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6 Important Things That Parent of Kids with Special Needs Must Hear

There are all sorts of considerations when you’re a parent whose child has special needs. For one, you’ve got the daily trials of trying to cope with your kid’s physical and emotional demands. Then there’s the matter of finding specialists who focus on areas such as doing the proper assessment for kids with special needs.

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And the whole time, you’re either worried about the possibility of bullying or discrimination, or you’re feeling guilty for not being able to be there for your child every step of the way. Sometimes, even though you’ve tried to protect your child and do what’s best for them, it can feel overwhelming. So how are you supposed to go about it all?

1. You will make mistakes

Imperfections are inevitable even with the best intentions in mind. Being a parent is hard, but having to deal with the challenges that come with a special needs child is not at all a walk in the park. You would have to familiarize yourself with the constant cycle of having to forgive yourself. After all, you can only do so much. Bottling up guilt and letting it marinate in your head can be destructive in the long run. There’s also no point in dwelling on previous mistakes, and it can only really bring out more negativity which your child could possibly be able to sense. 

2. Find positivity

In line with shutting out negative thoughts, you must try to look for the positive in any given situation. It may be a cliche but there’s a reason why such an advice is so frequently recommended. Parenting is a long-term, lifetime commitment that cannot be filled with pent-up negativity. This is especially true when it comes to comments from others who may not understand right away that what they’re saying can be misconstrued as insulting to your child. There is a fine line between standing up for your child and getting overly upset about a misunderstood comment.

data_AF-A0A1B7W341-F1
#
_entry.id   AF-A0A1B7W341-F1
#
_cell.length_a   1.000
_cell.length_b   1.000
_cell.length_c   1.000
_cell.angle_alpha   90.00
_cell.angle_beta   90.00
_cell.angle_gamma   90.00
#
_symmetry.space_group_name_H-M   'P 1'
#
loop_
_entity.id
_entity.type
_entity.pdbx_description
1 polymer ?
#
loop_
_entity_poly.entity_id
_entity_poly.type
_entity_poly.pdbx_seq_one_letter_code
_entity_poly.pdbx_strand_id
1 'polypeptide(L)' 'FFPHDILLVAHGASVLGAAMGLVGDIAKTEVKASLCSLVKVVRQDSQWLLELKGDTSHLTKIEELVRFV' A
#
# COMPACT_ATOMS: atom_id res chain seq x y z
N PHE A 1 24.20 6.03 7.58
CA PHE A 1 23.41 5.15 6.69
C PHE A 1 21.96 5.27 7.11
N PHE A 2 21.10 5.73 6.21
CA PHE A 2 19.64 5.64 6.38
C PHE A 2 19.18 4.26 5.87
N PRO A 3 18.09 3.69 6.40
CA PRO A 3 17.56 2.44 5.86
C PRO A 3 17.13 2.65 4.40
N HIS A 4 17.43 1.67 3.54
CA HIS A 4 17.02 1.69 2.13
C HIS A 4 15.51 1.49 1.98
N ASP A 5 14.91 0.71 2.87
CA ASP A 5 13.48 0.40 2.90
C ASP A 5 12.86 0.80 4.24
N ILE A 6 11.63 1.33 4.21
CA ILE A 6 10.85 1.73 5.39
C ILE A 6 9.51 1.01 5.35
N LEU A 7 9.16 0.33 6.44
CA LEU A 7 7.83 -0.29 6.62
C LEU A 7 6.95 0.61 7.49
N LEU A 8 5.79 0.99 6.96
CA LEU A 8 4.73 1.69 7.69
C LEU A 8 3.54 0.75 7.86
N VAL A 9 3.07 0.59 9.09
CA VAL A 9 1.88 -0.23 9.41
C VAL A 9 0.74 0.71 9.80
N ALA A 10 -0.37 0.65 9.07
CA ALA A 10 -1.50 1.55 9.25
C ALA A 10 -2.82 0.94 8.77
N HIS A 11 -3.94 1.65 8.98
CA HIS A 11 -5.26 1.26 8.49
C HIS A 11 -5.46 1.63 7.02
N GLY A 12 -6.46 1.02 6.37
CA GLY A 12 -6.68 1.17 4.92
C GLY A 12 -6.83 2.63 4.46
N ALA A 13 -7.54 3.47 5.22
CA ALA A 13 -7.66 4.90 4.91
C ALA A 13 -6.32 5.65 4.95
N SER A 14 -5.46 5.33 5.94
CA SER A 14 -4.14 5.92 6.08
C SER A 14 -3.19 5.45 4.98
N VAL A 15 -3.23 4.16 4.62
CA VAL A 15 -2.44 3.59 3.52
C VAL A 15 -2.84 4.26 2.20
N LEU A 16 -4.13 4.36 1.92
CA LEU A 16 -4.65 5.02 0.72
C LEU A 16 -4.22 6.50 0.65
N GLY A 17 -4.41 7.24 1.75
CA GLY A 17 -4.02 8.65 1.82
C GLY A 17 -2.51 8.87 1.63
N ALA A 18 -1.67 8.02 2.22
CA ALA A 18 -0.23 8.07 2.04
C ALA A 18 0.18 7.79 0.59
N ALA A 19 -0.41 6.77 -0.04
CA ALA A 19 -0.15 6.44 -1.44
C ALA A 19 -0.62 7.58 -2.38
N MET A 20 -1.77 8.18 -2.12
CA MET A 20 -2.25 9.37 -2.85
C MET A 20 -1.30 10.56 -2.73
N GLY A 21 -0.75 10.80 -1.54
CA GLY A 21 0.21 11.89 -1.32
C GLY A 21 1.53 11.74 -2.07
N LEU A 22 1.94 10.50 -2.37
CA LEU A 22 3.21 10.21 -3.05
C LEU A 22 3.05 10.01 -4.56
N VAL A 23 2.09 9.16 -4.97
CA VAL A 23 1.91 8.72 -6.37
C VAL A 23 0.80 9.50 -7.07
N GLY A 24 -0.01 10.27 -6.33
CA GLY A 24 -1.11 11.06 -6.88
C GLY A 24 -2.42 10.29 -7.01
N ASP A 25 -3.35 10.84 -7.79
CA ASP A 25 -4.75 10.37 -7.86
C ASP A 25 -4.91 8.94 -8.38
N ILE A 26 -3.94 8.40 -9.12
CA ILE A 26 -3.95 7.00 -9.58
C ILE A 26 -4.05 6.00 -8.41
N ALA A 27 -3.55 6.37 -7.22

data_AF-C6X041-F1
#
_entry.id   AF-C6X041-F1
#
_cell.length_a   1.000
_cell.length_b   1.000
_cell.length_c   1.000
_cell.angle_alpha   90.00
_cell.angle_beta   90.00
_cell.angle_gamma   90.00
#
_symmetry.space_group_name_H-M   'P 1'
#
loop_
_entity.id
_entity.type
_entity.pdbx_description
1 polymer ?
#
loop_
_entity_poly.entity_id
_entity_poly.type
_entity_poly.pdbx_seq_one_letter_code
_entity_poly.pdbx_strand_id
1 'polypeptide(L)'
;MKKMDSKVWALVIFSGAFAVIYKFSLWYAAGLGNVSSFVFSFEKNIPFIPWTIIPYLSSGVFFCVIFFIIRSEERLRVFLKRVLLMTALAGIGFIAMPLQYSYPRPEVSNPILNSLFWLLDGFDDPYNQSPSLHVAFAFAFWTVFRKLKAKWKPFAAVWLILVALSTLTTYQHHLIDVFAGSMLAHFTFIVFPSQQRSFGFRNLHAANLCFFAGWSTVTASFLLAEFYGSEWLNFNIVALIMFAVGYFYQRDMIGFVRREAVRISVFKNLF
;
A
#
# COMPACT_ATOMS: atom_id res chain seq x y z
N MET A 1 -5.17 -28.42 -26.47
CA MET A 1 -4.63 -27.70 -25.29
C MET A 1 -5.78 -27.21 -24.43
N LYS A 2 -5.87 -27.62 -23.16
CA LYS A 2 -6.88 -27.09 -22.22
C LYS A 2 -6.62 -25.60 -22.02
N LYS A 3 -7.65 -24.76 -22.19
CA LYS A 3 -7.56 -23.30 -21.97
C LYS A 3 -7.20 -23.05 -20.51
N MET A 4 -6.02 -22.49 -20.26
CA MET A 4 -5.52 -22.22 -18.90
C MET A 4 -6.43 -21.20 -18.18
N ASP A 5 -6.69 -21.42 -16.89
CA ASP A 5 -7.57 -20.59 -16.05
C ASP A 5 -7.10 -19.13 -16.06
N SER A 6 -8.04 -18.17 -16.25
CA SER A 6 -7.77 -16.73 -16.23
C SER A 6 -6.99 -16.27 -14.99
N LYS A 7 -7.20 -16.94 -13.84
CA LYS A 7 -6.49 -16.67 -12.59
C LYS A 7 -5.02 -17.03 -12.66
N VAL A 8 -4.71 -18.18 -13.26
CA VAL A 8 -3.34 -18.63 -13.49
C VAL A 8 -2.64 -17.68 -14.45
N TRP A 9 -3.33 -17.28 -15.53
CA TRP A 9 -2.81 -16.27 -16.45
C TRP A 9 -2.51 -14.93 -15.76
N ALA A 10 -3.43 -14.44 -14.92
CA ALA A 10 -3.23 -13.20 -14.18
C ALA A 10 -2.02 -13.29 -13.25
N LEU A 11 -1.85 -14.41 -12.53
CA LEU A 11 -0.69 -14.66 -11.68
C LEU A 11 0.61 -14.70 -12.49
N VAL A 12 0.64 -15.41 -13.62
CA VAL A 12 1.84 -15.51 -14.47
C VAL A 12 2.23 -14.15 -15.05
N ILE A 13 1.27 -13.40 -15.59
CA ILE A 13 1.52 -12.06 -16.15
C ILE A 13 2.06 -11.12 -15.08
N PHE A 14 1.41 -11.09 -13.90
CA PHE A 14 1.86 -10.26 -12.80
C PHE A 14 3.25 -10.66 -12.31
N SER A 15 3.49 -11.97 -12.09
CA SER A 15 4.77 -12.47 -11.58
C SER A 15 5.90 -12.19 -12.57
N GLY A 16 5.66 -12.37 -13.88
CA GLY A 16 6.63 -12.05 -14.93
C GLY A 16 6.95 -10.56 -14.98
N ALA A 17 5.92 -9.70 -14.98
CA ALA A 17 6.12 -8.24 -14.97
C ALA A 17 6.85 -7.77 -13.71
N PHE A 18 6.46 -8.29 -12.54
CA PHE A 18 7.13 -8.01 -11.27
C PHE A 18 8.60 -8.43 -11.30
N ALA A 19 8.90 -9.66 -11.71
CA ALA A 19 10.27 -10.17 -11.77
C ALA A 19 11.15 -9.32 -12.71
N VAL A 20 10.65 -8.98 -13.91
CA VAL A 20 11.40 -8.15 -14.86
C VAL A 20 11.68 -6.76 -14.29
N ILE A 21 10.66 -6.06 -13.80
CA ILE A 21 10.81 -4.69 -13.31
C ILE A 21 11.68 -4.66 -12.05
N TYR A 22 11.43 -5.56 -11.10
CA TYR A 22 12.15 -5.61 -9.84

3. Create memories

Children, at the end of the day, are still children. You need not be filled with too much worry or stress that you’re unable to really, truly spend time with your child. It’s easy to get lost and caught up in all of the difficulties that you have to deal with on a daily basis. Even simply researching on your child’s condition takes up a lot of time—not to mention the emotional stress you experience. Try to make plans to with your child, even if it’s a simple walk around the neighborhood or a day using coloring books together. It would be nice to make it regular as well, to give your child (as well as yourself) something to look forward to.

4. No to comparisons

It’s hard not to try and compare your child with others who appear to be more typical, whether this is something you do consciously or not. Constantly seeing how your child measures up against others can have a lot of negative effects not only on your child but also yourself. This should not be taken as a reflection of your parenting skills or your faults of any kind. But instead of zeroing in on what your child may not be doing well in, try to focus your attention on your child’s strengths. It is essential to try and remember that your child is unique and that even the small achievements are still worth celebrating. 

5. Talk to others

It can feel isolating when you try to make your world revolve around constantly trying to deal with the difficulties that go with having a child with special needs. You may feel alone. It could appear as if there isn’t a single person who could understand what you’re going through. That’s why joining a support group specially for parents of special needs children can be very helpful. You could meet other parents who have been through similar experiences, or at least ones who are currently in the same situation as you. It may seem daunting at first, though. But you’re not required to share anything that you’re uncomfortable with. You’ll at least get the support you need to keep up with all of the challenges you need to face. 

6. Don’t forget about your marriage

For those who are in marriages, it could be hard to focus on your spouse when all your attention goes to helping your child. You could find the support you need in your partner, who is after all, more or less in the exact same situation as you. Try to set aside time to spend together every now and then. 

Conclusion

No one has ever said that parenting was an easy job. And as a parent whose child has special needs, it can seem like what is required of you is insurmountable. But as long as you’re able to find the positivity on a regular basis, be able to forgive yourself, and focus on relationships with your child and other important people, you’d be doing just fine. 

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